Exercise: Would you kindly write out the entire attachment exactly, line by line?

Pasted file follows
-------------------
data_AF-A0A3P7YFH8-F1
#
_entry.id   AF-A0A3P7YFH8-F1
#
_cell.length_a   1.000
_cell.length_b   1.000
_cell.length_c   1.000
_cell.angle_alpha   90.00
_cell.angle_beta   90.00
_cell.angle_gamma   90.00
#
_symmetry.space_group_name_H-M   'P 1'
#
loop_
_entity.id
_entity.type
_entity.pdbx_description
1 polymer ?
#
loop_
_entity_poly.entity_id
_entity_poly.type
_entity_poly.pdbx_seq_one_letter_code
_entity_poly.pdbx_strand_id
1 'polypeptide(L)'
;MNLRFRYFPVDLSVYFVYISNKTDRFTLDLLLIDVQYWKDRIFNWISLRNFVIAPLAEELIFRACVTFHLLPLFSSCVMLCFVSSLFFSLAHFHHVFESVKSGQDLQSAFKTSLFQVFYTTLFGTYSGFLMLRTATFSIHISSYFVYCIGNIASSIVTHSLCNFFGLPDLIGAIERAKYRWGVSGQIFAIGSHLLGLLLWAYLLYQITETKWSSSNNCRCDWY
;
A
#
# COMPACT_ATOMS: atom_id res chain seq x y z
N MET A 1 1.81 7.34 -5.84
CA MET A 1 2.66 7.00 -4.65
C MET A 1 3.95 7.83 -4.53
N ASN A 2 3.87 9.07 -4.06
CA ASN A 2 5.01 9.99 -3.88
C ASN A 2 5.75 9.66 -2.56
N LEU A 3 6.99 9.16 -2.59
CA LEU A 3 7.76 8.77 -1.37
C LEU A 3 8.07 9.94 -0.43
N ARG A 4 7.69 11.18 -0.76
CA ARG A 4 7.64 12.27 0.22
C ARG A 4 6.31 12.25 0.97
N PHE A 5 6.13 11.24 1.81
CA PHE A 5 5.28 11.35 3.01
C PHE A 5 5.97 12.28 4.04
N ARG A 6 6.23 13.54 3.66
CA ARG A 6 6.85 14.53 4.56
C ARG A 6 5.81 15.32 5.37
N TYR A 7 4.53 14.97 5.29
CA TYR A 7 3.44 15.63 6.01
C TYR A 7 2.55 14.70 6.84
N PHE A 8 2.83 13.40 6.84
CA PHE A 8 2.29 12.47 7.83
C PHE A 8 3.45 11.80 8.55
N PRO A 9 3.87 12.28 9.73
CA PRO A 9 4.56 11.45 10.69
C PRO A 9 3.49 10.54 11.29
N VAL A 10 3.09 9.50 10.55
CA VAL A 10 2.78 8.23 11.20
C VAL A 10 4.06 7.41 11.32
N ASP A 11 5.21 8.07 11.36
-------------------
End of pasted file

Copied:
data_AF-A0A3P7YFH8-F1
#
_entry.id   AF-A0A3P7YFH8-F1
#
_cell.length_a   1.000
_cell.length_b   1.000
_cell.length_c   1.000
_cell.angle_alpha   90.00
_cell.angle_beta   90.00
_cell.angle_gamma   90.00
#
_symmetry.space_group_name_H-M   'P 1'
#
loop_
_entity.id
_entity.type
_entity.pdbx_description
1 polymer ?
#
loop_
_entity_poly.entity_id
_entity_poly.type
_entity_poly.pdbx_seq_one_letter_code
_entity_poly.pdbx_strand_id
1 'polypeptide(L)'
;MNLRFRYFPVDLSVYFVYISNKTDRFTLDLLLIDVQYWKDRIFNWISLRNFVIAPLAEELIFRACVTFHLLPLFSSCVMLCFVSSLFFSLAHFHHVFESVKSGQDLQSAFKTSLFQVFYTTLFGTYSGFLMLRTATFSIHISSYFVYCIGNIASSIVTHSLCNFFGLPDLIGAIERAKYRWGVSGQIFAIGSHLLGLLLWAYLLYQITETKWSSSNNCRCDWY
;
A
#
# COMPACT_ATOMS: atom_id res chain seq x y z
N MET A 1 1.81 7.34 -5.84
CA MET A 1 2.66 7.00 -4.65
C MET A 1 3.95 7.83 -4.53
N ASN A 2 3.87 9.07 -4.06
CA ASN A 2 5.01 9.99 -3.88
C ASN A 2 5.75 9.66 -2.56
N LEU A 3 6.99 9.16 -2.59
CA LEU A 3 7.76 8.77 -1.37
C LEU A 3 8.07 9.94 -0.43
N ARG A 4 7.69 11.18 -0.76
CA ARG A 4 7.64 12.27 0.22
C ARG A 4 6.31 12.25 0.97
N PHE A 5 6.13 11.24 1.81
CA PHE A 5 5.28 11.35 3.01
C PHE A 5 5.97 12.28 4.04
N ARG A 6 6.23 13.54 3.66
CA ARG A 6 6.85 14.53 4.56
C ARG A 6 5.81 15.32 5.37
N TYR A 7 4.53 14.97 5.29
CA TYR A 7 3.44 15.63 6.01
C TYR A 7 2.55 14.70 6.84
N PHE A 8 2.83 13.40 6.84
CA PHE A 8 2.29 12.47 7.83
C PHE A 8 3.45 11.80 8.55
N PRO A 9 3.87 12.28 9.73
CA PRO A 9 4.56 11.45 10.69
C PRO A 9 3.49 10.54 11.29
N VAL A 10 3.09 9.50 10.55
CA VAL A 10 2.78 8.23 11.20
C VAL A 10 4.06 7.41 11.32
N ASP A 11 5.21 8.07 11.36